Here’s a roundup of other news from today.
Beverage maker Fever-Tree and owner of restaurant chains Wagamama and Frankie & Benny’s have warned of dramatic cost increases as the price of raw materials, gas and electricity soar and the war in Ukraine adds pressure on their businesses.
Fever-Tree lowered its earnings forecast, blaming a “dramatic rise” in commodity prices after Russia invaded Ukraine. The company, which had forecast adjusted profits of £69-72m this year, lowered its outlook to between £63-69m.
The Federal Reserve is set to raise interest rates for the first time since 2018 as it battles soaring US inflation, the impact of war in Ukraine and the lingering coronavirus crisis.
The Fed has a dual mandate: to maximize employment and to keep prices in check. The labor market and broader economy have rebounded impressively from pandemic lows, thanks in part to Fed rate cuts and a massive stimulus program, but prices have risen by 7, 9% in the year to February – the highest inflation rate. in 40 years.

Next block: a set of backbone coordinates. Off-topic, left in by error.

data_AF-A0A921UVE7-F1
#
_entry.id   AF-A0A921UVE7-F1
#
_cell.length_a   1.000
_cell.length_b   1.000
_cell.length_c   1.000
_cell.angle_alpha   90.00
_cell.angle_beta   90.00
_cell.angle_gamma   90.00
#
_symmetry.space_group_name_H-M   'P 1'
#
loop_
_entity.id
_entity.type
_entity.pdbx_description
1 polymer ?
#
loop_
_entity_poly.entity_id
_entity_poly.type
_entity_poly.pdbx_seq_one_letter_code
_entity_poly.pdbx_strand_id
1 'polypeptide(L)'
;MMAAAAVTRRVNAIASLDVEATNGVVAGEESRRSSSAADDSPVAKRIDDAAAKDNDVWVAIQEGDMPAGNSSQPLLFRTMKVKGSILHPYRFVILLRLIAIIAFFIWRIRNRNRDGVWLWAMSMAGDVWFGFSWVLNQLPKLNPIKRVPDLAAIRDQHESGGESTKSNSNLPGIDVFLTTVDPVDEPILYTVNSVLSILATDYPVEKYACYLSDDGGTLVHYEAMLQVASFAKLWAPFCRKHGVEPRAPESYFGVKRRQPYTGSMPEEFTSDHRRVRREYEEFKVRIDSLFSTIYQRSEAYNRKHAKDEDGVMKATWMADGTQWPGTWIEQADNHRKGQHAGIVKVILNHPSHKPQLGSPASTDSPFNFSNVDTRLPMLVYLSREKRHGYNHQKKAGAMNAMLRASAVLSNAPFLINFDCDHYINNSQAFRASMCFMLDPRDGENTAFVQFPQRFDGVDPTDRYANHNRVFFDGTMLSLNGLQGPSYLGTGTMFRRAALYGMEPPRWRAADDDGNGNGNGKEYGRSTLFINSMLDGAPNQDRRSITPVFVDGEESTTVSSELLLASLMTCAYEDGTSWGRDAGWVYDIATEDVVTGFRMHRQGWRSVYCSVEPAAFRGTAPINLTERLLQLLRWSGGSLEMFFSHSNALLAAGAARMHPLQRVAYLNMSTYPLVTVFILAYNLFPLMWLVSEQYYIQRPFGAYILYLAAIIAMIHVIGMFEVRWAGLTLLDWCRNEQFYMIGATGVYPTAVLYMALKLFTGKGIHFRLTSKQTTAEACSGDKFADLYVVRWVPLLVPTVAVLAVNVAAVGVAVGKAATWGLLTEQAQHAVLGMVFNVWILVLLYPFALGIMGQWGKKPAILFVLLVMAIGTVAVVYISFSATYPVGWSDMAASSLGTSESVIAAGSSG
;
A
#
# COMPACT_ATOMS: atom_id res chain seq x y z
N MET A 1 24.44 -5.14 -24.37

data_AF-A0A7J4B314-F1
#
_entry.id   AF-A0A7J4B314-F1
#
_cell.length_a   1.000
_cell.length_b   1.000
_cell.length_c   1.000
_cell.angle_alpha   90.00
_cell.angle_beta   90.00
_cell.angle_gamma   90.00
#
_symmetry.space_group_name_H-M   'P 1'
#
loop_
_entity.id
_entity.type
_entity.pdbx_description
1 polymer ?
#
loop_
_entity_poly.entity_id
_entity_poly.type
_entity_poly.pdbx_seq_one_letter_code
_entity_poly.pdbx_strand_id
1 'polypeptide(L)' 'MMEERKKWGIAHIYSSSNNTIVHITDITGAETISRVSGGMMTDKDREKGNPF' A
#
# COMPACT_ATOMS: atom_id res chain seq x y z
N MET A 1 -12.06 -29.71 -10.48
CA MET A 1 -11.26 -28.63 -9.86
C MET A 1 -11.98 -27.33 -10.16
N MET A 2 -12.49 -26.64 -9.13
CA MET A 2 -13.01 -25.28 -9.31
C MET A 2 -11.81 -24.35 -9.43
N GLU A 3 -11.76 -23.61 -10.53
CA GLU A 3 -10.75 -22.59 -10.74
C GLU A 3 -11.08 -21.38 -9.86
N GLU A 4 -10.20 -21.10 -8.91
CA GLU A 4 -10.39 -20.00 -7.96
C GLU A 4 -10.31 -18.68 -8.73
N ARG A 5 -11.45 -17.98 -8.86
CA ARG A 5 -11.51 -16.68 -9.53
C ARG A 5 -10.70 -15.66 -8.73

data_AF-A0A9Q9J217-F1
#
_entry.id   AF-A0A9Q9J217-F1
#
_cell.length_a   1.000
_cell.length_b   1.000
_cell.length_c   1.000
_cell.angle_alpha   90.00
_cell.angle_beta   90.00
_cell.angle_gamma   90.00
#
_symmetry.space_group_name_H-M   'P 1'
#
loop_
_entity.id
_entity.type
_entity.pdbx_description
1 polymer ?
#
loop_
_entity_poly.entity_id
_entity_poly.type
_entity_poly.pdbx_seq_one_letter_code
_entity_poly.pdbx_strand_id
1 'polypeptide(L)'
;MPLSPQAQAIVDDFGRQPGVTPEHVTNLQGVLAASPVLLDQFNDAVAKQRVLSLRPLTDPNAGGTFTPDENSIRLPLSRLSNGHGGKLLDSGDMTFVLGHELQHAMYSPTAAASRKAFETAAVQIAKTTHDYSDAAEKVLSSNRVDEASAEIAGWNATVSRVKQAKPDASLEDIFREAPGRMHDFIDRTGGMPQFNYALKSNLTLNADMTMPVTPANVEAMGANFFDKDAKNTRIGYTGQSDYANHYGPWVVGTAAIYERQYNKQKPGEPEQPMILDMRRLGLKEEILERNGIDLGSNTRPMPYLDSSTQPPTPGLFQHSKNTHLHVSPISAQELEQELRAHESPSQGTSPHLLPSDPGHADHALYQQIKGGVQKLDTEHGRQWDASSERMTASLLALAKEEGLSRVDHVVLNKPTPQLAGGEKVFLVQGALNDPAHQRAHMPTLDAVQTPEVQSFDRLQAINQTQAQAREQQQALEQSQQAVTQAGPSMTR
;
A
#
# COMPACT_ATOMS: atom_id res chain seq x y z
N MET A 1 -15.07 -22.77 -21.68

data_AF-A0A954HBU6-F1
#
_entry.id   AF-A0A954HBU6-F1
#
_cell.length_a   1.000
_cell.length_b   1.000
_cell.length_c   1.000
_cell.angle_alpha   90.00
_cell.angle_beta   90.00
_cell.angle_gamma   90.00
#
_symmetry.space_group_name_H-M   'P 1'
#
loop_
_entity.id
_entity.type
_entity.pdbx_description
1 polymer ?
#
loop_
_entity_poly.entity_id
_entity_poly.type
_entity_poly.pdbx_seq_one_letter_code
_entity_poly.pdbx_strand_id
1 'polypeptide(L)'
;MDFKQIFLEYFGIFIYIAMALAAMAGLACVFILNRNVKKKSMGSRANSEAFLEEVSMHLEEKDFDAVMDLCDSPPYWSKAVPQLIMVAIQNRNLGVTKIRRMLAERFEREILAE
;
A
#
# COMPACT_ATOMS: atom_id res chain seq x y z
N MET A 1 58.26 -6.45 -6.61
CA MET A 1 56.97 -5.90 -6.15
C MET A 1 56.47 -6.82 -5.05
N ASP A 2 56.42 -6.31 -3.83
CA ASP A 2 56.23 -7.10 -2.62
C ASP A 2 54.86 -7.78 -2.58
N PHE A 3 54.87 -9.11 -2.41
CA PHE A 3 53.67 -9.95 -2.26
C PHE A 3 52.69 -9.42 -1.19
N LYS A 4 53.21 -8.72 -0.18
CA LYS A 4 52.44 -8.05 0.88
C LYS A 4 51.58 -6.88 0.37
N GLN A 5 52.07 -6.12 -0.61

The Church of England is pressuring French energy giant TotalEnergies over its decision not to cut ties with Russia after Vladimir Putin invaded Ukraine.
The Church’s pensions board and the manager of its investment fund said they would reconsider their stake in the business.
At least 18 Russian-linked private jets or helicopters have been removed from the Isle of Man aircraft register as offshore authorities enforce EU and UK sanctions.
Three planes were retired last week, including a helicopter and private jets believed to ultimately belong to Roman Abramovich, Oleg Tinkov – an oligarch not subject to direct sanctions – and Dmitry Mazepin.
The UK could eliminate any need for Russian gas imports this year through a combination of energy efficiency, expanding renewable energy generation and a campaign to help people change their behavior, according to researches.
Information campaigns have played an important role in changing people’s behavior during the Covid-19 pandemic. Many people are unaware of the energy savings they could achieve through small changes that do not change their comfort but can significantly reduce their bills.
Russian oligarchs will no longer have access to trinkets such as cars, artwork and designer handbags sold by British companies, after the government blocked exports worth hundreds of millions of dollars. books.
British companies sold a total of £2.6billion worth of goods to Russia last year, the bulk of which was cars, at around £400million, as wealthy Russians jumped in in prestigious brands such as Aston Martin, Bentley and Rolls-Royce.